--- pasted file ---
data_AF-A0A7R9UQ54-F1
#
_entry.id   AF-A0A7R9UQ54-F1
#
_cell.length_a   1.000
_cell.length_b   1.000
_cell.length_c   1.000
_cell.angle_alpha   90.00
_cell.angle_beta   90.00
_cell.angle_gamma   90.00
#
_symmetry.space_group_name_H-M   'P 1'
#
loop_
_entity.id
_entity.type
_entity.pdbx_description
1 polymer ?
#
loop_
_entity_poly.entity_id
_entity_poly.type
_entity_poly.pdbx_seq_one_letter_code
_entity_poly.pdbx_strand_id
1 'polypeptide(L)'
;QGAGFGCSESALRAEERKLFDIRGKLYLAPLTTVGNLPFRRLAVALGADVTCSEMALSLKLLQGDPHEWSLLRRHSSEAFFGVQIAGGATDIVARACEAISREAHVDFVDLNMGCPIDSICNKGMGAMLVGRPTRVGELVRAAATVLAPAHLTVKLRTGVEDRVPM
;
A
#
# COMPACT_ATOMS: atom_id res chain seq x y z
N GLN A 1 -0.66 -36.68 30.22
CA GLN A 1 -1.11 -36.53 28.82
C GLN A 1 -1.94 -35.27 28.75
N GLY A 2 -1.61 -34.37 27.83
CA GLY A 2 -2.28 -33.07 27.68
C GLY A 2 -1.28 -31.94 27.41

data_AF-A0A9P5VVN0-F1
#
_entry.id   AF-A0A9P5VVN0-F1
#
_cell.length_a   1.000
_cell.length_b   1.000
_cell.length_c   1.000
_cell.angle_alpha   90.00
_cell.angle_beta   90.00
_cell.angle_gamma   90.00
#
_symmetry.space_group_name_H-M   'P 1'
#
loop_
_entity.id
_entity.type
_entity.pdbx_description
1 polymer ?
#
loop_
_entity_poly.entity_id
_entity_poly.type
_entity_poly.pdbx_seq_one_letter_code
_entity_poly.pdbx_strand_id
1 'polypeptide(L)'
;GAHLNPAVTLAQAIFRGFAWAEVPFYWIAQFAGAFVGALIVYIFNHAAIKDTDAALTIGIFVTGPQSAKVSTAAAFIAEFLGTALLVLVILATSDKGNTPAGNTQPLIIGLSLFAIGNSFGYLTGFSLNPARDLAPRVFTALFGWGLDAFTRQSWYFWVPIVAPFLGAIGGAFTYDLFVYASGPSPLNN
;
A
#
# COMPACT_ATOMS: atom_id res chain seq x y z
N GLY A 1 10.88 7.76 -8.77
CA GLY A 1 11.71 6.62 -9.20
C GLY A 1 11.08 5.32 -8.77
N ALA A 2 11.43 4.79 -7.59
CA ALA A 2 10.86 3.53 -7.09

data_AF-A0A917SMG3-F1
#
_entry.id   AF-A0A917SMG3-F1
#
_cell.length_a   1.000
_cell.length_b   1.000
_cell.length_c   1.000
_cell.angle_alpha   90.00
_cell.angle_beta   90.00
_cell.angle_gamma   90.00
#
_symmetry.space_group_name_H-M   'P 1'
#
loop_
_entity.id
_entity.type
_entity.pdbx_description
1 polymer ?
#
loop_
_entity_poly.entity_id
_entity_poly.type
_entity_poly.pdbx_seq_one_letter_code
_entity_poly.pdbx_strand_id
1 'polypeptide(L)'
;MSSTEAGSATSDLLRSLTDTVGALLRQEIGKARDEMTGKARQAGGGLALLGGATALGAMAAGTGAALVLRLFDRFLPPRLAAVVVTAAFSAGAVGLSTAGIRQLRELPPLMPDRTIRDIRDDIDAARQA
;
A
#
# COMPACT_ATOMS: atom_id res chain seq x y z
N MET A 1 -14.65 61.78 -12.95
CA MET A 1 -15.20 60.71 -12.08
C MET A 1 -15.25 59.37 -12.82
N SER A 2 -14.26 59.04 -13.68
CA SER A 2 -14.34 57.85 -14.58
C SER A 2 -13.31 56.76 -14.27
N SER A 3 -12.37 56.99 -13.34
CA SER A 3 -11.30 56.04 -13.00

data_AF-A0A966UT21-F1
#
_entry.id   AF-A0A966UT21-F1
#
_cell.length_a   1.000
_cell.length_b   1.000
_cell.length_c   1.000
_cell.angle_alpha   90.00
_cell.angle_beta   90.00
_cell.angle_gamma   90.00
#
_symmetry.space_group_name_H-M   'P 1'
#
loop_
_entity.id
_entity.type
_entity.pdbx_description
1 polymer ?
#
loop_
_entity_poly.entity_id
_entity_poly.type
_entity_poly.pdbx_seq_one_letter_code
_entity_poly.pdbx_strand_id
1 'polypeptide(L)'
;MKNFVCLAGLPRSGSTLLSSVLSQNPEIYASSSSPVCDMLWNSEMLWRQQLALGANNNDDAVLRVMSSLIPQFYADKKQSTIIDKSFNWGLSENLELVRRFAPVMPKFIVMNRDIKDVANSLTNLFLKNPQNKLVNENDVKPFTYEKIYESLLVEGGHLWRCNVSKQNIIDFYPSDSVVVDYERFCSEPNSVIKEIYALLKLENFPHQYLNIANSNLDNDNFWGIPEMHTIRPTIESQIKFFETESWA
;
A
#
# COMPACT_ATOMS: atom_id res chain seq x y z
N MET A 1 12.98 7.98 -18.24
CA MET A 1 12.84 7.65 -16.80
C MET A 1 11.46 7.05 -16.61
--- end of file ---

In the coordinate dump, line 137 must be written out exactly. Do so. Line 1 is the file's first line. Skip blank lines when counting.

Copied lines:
A